All of the shortlisted poets have been invited to read on the night. They are: Kayo Chingonyi, Tishani Doshi, Selima Hill, Luke Kennard and Stephen Sexton, for Best Collection; Caleb Femi, alice hiller, Cynthia Miller, Holly Pester and Ralf Webb, for Best First Collection; and Fiona Benson, Natalie Linh Bolderstone, John McCullough, Denise Riley and Nicole Sealey, for Best Single Poem.

In-person bookings here.  Tickets £15

The ceremony will also be streamed live. Tickets £7.50.  Book here.

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Tishani Doshi's A God at the Door follows two previous collections with Bloodaxe. Her third collection Girls Are Coming Out of the Woods was a Poetry Book Society Recommendation for Summer 2018. It followed on from Everything Begins Elsewhere, published by Bloodaxe in 2012, and her debut, Countries of the Body, winner of the Forward Prize for best first collection.  Tishani is of Welsh/Gujarati descent (her third collection was dedicated to her Welsh mother) and she lives on a beach in Tamil Nadu, Southern India.

Selima Hill's Men Who Feed Pigeons brings together seven contrasting but complementary poem sequences by ‘this brilliant lyricist of human darkness’ (Fiona Sampson) relating to men and different kinds of women’s relationships with men. Her previous collection I May Be Stupid But I'm Not That Stupid has six poem sequences relating to family, fear, foreboding and felicity.  Selima Hill grew up in a family of painters in farms in England and Wales, and has lived in Dorset for the past 40 years. Her 2008 Bloodaxe retrospective Gloria: Selected Poems was followed by eight further collections.  Her 20th collection Men Who Feed Pigeons is published by Bloodaxe on 16 September.

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Selima Hill gave a very rare interview to The Poetry Review Podcast in April 2021. She read a number of poems from her forthcoming collection Men Who Feed Pigeons and was in conversation with Emily Berry, editor of The Poetry Review.  Listen to this delightful conversation here.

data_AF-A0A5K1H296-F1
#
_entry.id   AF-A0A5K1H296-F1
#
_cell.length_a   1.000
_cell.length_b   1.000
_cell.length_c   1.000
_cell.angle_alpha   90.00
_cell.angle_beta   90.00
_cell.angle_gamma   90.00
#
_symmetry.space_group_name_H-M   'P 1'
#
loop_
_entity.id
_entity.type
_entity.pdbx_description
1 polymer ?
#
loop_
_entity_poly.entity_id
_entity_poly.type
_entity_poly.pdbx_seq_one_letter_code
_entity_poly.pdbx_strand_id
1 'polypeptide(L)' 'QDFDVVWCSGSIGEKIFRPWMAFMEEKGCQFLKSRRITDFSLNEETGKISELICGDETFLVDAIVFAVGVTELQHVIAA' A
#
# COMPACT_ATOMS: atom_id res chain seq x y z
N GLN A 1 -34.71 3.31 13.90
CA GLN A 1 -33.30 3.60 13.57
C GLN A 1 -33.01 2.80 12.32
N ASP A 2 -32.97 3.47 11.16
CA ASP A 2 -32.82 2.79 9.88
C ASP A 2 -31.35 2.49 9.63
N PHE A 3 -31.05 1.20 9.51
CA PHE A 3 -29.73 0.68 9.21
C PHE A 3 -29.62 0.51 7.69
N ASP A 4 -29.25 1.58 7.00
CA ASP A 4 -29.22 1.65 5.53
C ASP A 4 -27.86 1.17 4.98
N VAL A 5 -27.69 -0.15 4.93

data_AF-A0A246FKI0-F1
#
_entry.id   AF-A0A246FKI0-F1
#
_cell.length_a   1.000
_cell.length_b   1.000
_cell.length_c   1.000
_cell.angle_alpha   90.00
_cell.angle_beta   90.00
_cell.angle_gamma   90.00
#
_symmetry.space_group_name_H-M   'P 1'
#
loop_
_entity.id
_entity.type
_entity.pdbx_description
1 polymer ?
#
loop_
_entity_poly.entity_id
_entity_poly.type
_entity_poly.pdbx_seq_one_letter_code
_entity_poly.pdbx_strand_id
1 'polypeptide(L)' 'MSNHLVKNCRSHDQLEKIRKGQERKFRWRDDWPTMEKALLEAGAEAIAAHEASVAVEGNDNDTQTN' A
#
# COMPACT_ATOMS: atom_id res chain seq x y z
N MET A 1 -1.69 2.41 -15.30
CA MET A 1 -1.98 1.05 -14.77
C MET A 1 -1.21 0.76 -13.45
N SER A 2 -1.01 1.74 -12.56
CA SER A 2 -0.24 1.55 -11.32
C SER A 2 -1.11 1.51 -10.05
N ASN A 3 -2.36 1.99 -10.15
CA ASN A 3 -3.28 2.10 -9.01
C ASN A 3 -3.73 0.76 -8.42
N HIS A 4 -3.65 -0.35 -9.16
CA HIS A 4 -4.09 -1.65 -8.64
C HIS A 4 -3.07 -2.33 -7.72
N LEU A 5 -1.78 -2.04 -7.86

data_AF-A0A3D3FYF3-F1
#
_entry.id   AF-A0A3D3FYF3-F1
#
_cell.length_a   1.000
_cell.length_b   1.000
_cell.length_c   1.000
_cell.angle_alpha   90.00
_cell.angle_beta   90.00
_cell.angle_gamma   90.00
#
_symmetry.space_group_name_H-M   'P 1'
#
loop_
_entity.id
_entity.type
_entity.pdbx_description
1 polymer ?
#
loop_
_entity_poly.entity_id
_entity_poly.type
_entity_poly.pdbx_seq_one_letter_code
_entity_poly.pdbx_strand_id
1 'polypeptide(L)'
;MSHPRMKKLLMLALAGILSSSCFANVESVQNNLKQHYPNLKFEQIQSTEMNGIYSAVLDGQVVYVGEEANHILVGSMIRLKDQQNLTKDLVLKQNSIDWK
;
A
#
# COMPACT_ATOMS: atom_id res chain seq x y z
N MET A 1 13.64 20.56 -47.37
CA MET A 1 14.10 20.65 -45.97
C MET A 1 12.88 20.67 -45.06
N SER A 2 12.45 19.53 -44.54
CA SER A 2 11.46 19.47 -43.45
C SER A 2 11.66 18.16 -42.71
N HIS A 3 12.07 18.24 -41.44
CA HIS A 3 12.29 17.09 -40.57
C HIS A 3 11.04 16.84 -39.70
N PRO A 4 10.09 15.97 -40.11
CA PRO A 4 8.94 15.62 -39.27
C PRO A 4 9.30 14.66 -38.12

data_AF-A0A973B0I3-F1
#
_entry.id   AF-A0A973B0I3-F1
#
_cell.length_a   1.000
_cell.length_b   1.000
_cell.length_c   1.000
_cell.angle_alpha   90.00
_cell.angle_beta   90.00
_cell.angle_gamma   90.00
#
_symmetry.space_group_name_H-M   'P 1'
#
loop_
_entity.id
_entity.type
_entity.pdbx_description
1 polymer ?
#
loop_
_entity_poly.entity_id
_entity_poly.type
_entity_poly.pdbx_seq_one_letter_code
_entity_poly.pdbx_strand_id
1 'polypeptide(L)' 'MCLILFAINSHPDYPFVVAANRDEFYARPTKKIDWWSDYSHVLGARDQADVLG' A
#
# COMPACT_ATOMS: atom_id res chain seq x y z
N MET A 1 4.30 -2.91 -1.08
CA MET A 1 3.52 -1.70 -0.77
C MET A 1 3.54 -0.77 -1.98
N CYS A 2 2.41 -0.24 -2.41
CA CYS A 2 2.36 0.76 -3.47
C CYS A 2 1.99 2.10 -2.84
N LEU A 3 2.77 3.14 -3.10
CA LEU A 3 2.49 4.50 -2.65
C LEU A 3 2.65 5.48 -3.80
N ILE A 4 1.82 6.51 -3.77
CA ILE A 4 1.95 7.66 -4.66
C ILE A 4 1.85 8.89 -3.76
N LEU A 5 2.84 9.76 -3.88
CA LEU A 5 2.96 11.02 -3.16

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Links to interviews with Tishani Doshi, along with reviews and poem features for A God at the Door, are on our news page here.

 

Tishani Doshi was filmed for Notting Hill's Coronet Theatre's Coronet Inside Out series.  She recorded a number of poems from A God at the Door from Kodaikanal, a hill station in Tamil Nadu. She introduced the reading by saying:

‘What I love about the Coronet is its sense of intimacy and other-worldliness. When you pass through the doors — whether it’s into the bar or to the theatre, there’s a sense of crossing over a threshold and entering into a different space – where you are connected with strangers, where transformations can happen. Most of the poems in my fourth collection, A God at the Door (Bloodaxe), have to do with this idea of connection and intimacy. For me the two touchstones are language and the body, the idea that any pilgrimage must lead back to ourselves, our bodies, but that we are in this together. Poems are bridges, they can connect our personal losses to public grief, they can also offer glimpses of beauty, humour & hope.’ – Tishani Doshi

 


[08 June 2021]